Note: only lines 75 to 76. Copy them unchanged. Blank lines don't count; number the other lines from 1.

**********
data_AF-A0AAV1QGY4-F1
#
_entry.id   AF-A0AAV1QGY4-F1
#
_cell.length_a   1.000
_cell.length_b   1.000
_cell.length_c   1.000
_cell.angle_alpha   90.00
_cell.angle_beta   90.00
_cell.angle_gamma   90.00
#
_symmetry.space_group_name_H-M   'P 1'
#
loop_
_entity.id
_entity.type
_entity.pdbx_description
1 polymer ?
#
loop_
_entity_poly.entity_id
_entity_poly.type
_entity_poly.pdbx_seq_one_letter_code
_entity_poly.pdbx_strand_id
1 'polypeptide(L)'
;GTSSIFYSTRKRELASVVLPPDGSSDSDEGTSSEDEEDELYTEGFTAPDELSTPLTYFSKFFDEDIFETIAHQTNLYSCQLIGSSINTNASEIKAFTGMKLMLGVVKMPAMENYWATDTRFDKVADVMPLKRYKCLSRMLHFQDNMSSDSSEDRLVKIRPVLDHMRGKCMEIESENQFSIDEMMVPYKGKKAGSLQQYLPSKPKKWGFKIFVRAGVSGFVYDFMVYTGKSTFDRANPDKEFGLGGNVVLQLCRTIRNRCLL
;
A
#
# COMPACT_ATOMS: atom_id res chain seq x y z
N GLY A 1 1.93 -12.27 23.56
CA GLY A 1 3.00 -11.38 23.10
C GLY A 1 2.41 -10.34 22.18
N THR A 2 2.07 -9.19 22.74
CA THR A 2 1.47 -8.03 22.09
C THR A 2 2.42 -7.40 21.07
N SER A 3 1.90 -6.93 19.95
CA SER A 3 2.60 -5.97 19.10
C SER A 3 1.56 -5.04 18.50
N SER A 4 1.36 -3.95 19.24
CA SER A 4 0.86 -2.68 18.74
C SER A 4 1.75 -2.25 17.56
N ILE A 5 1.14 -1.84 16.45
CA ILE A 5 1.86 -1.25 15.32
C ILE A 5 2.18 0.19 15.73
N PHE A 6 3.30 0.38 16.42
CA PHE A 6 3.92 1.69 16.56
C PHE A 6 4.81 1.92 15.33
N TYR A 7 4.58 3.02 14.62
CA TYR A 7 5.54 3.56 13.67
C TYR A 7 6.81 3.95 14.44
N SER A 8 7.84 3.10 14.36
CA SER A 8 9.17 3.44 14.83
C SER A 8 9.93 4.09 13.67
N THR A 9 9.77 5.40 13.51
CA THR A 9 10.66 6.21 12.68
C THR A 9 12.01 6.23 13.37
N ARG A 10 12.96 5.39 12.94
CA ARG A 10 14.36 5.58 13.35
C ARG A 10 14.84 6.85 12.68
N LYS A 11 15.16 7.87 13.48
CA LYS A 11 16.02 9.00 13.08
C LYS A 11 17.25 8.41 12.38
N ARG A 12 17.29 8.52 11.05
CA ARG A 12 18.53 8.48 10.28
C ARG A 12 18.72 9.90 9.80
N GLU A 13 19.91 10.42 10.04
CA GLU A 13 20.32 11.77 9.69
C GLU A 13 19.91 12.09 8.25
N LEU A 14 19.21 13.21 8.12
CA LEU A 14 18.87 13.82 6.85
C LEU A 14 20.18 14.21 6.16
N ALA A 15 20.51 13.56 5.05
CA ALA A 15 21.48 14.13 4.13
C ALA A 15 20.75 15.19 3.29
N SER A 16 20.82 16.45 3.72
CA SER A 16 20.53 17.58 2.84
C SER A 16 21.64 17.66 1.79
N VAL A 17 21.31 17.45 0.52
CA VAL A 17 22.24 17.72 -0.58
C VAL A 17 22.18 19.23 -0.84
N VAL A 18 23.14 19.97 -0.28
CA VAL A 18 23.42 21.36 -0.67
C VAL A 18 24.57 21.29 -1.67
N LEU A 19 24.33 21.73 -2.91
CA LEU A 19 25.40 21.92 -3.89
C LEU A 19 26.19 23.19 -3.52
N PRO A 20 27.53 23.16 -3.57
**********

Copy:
C ALA A 15 20.75 15.19 3.29
N SER A 16 20.82 16.45 3.72